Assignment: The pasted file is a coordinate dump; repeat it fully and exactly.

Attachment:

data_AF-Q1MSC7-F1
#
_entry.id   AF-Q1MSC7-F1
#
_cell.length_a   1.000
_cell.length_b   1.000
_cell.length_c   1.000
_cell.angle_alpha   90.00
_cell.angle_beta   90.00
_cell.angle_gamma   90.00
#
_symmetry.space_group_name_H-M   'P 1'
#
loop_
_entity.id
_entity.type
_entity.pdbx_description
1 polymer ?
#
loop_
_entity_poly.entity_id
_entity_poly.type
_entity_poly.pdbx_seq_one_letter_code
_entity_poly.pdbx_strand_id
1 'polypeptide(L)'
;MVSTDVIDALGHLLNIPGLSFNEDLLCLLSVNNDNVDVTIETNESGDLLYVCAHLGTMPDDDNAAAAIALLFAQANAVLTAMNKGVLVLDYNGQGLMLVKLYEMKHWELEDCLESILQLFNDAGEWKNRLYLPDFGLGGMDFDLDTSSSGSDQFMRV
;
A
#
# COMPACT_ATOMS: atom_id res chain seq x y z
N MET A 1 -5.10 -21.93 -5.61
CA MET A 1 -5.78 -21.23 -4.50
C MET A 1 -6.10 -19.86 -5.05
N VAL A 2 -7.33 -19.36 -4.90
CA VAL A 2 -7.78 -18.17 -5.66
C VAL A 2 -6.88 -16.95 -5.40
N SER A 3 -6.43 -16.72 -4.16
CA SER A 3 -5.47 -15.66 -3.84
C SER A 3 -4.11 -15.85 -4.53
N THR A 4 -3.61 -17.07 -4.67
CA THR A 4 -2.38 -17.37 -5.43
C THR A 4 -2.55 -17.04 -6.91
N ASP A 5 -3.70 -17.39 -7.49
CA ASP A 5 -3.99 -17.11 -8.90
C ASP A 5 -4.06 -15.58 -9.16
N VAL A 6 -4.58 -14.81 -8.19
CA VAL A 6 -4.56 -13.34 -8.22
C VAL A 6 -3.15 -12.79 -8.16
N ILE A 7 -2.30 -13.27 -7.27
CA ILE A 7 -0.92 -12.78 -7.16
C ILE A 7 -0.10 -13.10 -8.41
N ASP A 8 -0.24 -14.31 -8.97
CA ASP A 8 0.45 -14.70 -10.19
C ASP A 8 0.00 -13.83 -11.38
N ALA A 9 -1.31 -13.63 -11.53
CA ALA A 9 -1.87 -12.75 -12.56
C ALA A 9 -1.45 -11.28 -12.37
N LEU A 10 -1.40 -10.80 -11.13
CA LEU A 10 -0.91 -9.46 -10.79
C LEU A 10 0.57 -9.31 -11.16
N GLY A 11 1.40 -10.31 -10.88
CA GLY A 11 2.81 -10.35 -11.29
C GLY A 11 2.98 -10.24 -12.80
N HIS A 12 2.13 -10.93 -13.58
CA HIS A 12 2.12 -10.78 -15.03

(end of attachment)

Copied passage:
data_AF-Q1MSC7-F1
#
_entry.id   AF-Q1MSC7-F1
#
_cell.length_a   1.000
_cell.length_b   1.000
_cell.length_c   1.000
_cell.angle_alpha   90.00
_cell.angle_beta   90.00
_cell.angle_gamma   90.00
#
_symmetry.space_group_name_H-M   'P 1'
#
loop_
_entity.id
_entity.type
_entity.pdbx_description
1 polymer ?
#
loop_
_entity_poly.entity_id
_entity_poly.type
_entity_poly.pdbx_seq_one_letter_code
_entity_poly.pdbx_strand_id
1 'polypeptide(L)'
;MVSTDVIDALGHLLNIPGLSFNEDLLCLLSVNNDNVDVTIETNESGDLLYVCAHLGTMPDDDNAAAAIALLFAQANAVLTAMNKGVLVLDYNGQGLMLVKLYEMKHWELEDCLESILQLFNDAGEWKNRLYLPDFGLGGMDFDLDTSSSGSDQFMRV
;
A
#
# COMPACT_ATOMS: atom_id res chain seq x y z
N MET A 1 -5.10 -21.93 -5.61
CA MET A 1 -5.78 -21.23 -4.50
C MET A 1 -6.10 -19.86 -5.05
N VAL A 2 -7.33 -19.36 -4.90
CA VAL A 2 -7.78 -18.17 -5.66
C VAL A 2 -6.88 -16.95 -5.40
N SER A 3 -6.43 -16.72 -4.16
CA SER A 3 -5.47 -15.66 -3.84
C SER A 3 -4.11 -15.85 -4.53
N THR A 4 -3.61 -17.07 -4.67
CA THR A 4 -2.38 -17.37 -5.43
C THR A 4 -2.55 -17.04 -6.91
N ASP A 5 -3.70 -17.39 -7.49
CA ASP A 5 -3.99 -17.11 -8.90
C ASP A 5 -4.06 -15.58 -9.16
N VAL A 6 -4.58 -14.81 -8.19
CA VAL A 6 -4.56 -13.34 -8.22
C VAL A 6 -3.15 -12.79 -8.16
N ILE A 7 -2.30 -13.27 -7.27
CA ILE A 7 -0.92 -12.78 -7.16
C ILE A 7 -0.10 -13.10 -8.41
N ASP A 8 -0.24 -14.31 -8.97
CA ASP A 8 0.45 -14.70 -10.19
C ASP A 8 0.00 -13.83 -11.38
N ALA A 9 -1.31 -13.63 -11.53
CA ALA A 9 -1.87 -12.75 -12.56
C ALA A 9 -1.45 -11.28 -12.37
N LEU A 10 -1.40 -10.80 -11.13
CA LEU A 10 -0.91 -9.46 -10.79
C LEU A 10 0.57 -9.31 -11.16
N GLY A 11 1.40 -10.31 -10.88
CA GLY A 11 2.81 -10.35 -11.29
C GLY A 11 2.98 -10.24 -12.80
N HIS A 12 2.13 -10.93 -13.58
CA HIS A 12 2.12 -10.78 -15.03